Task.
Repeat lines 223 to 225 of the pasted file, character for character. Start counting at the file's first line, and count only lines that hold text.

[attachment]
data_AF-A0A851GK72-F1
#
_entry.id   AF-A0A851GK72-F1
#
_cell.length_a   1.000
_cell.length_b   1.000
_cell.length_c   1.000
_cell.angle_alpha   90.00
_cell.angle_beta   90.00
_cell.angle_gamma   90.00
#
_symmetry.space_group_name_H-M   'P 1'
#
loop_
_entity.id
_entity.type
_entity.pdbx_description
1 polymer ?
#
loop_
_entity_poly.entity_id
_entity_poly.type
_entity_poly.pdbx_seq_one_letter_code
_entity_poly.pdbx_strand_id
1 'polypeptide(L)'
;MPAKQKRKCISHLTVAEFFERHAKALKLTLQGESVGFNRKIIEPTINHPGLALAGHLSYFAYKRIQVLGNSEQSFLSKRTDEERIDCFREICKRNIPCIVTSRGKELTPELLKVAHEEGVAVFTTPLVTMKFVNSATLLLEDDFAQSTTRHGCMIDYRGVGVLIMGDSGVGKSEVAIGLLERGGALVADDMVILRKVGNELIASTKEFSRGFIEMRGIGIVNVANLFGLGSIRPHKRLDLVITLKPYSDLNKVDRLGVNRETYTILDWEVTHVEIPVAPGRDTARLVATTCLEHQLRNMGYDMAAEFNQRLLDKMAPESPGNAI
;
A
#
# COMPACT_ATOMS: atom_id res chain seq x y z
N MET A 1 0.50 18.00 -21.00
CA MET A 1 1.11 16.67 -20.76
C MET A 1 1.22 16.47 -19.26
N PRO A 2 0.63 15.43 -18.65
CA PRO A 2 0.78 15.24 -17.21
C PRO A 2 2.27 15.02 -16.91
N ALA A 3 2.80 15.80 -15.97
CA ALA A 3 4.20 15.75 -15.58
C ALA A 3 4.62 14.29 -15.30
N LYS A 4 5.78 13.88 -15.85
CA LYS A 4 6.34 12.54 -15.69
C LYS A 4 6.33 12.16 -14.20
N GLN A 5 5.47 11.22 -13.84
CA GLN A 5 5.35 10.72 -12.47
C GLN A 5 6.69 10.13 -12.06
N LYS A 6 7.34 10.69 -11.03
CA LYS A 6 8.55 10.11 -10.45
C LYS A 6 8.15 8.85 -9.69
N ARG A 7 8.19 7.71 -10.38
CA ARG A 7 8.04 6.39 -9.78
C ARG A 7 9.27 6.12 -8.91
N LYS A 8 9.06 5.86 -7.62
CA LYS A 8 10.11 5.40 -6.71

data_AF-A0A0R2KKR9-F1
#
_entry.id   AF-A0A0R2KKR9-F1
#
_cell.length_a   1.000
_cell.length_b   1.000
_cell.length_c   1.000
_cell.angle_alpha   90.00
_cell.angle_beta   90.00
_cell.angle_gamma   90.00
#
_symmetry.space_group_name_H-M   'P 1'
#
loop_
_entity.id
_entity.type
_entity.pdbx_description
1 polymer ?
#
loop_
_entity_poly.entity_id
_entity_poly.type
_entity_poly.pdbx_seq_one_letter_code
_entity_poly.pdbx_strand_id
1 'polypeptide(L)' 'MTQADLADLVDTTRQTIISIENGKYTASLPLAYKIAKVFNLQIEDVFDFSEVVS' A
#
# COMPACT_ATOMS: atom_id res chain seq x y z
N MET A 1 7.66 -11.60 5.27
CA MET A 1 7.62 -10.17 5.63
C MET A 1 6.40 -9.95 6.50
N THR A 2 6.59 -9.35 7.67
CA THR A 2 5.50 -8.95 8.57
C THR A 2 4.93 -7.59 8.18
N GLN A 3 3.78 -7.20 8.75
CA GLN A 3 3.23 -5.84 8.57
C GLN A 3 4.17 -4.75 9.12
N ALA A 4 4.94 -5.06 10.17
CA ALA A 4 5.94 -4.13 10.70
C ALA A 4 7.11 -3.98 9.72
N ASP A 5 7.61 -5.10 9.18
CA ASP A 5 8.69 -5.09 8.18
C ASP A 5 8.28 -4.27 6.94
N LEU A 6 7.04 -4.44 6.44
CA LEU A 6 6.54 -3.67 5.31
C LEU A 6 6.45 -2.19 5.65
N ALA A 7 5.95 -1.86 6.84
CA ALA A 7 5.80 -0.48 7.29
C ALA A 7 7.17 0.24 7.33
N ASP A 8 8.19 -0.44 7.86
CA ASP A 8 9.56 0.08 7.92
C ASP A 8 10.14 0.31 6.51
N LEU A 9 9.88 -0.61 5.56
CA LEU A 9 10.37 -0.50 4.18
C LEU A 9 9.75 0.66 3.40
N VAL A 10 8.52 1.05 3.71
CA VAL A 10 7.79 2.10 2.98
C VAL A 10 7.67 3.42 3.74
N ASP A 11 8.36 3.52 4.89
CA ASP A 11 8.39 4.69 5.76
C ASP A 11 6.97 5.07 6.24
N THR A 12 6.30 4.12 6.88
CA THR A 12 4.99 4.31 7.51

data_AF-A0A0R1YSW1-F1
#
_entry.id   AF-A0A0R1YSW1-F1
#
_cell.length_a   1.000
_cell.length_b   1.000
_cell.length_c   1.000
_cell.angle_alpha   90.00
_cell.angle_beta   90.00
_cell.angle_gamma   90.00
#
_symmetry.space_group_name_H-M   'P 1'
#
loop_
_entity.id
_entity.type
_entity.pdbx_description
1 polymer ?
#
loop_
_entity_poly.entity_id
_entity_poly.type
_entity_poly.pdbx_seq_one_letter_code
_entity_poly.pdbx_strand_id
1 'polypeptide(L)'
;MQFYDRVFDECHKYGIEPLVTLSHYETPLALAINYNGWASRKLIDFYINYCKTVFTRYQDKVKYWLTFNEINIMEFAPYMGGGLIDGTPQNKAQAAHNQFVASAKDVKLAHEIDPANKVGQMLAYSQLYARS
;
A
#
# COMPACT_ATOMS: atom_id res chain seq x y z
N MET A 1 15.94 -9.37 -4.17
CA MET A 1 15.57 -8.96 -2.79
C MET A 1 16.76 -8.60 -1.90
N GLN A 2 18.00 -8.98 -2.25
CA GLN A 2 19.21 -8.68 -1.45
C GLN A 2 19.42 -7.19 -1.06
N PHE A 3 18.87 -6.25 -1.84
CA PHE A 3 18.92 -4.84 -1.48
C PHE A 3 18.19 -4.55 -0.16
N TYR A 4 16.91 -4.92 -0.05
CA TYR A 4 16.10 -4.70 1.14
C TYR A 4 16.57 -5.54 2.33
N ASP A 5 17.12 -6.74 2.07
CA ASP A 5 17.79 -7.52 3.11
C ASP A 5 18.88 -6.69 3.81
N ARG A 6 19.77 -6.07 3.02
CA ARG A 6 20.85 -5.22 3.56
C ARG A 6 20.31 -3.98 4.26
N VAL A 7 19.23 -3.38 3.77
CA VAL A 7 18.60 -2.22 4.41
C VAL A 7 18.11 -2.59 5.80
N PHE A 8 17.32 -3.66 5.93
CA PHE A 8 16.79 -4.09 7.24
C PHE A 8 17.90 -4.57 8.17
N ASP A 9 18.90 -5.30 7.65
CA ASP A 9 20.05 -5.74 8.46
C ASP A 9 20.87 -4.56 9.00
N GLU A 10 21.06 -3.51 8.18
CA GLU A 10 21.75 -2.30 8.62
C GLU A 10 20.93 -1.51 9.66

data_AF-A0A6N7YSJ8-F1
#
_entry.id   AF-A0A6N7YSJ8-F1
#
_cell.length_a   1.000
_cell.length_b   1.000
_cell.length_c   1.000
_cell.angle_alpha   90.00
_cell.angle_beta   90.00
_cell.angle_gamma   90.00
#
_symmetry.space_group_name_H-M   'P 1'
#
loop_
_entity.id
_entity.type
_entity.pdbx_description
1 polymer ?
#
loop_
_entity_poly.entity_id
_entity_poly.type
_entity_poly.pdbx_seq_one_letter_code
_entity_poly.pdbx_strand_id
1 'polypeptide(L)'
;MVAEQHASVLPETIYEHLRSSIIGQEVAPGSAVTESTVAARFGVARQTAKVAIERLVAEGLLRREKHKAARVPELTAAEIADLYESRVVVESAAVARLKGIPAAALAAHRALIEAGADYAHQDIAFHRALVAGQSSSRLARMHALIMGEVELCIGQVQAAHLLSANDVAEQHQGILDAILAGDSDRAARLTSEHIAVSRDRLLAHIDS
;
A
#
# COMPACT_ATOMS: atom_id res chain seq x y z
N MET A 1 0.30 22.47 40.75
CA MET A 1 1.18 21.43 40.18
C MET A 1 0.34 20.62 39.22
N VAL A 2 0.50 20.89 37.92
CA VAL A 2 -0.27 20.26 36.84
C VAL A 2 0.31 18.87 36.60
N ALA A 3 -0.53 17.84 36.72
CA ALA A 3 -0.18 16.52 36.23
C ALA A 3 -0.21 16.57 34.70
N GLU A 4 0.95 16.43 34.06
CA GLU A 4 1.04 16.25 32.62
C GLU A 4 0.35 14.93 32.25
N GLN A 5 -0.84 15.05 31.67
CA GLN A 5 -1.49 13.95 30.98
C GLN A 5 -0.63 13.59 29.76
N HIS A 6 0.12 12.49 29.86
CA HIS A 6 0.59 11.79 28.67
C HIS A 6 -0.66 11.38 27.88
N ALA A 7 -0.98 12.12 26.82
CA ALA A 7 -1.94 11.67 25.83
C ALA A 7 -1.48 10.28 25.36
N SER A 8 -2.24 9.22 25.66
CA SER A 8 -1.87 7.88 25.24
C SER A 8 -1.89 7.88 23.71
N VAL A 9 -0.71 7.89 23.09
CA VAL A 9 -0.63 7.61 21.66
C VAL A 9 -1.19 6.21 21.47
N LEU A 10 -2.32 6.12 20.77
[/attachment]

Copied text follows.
C HIS A 6 -0.66 11.38 27.88
N ALA A 7 -0.98 12.12 26.82
CA ALA A 7 -1.94 11.67 25.83